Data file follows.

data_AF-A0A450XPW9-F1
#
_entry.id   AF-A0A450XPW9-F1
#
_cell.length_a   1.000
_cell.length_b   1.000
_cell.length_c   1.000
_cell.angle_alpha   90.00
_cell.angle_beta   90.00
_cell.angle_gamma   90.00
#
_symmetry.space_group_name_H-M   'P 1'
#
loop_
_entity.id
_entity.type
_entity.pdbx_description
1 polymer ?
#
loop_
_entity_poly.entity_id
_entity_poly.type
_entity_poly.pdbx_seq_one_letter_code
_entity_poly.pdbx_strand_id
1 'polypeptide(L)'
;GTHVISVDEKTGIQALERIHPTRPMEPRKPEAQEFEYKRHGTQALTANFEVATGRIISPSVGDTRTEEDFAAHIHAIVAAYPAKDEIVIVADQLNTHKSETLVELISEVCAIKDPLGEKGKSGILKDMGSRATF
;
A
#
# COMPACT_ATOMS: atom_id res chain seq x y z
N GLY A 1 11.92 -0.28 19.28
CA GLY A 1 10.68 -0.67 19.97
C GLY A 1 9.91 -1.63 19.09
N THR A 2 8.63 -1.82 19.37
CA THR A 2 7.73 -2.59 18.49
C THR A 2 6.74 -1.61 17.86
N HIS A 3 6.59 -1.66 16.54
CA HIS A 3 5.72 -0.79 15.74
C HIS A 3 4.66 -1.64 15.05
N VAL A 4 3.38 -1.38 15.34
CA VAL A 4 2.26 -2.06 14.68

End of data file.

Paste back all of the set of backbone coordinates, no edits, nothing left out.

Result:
data_AF-A0A450XPW9-F1
#
_entry.id   AF-A0A450XPW9-F1
#
_cell.length_a   1.000
_cell.length_b   1.000
_cell.length_c   1.000
_cell.angle_alpha   90.00
_cell.angle_beta   90.00
_cell.angle_gamma   90.00
#
_symmetry.space_group_name_H-M   'P 1'
#
loop_
_entity.id
_entity.type
_entity.pdbx_description
1 polymer ?
#
loop_
_entity_poly.entity_id
_entity_poly.type
_entity_poly.pdbx_seq_one_letter_code
_entity_poly.pdbx_strand_id
1 'polypeptide(L)'
;GTHVISVDEKTGIQALERIHPTRPMEPRKPEAQEFEYKRHGTQALTANFEVATGRIISPSVGDTRTEEDFAAHIHAIVAAYPAKDEIVIVADQLNTHKSETLVELISEVCAIKDPLGEKGKSGILKDMGSRATF
;
A
#
# COMPACT_ATOMS: atom_id res chain seq x y z
N GLY A 1 11.92 -0.28 19.28
CA GLY A 1 10.68 -0.67 19.97
C GLY A 1 9.91 -1.63 19.09
N THR A 2 8.63 -1.82 19.37
CA THR A 2 7.73 -2.59 18.49
C THR A 2 6.74 -1.61 17.86
N HIS A 3 6.59 -1.66 16.54
CA HIS A 3 5.72 -0.79 15.74
C HIS A 3 4.66 -1.64 15.05
N VAL A 4 3.38 -1.38 15.34
CA VAL A 4 2.26 -2.06 14.68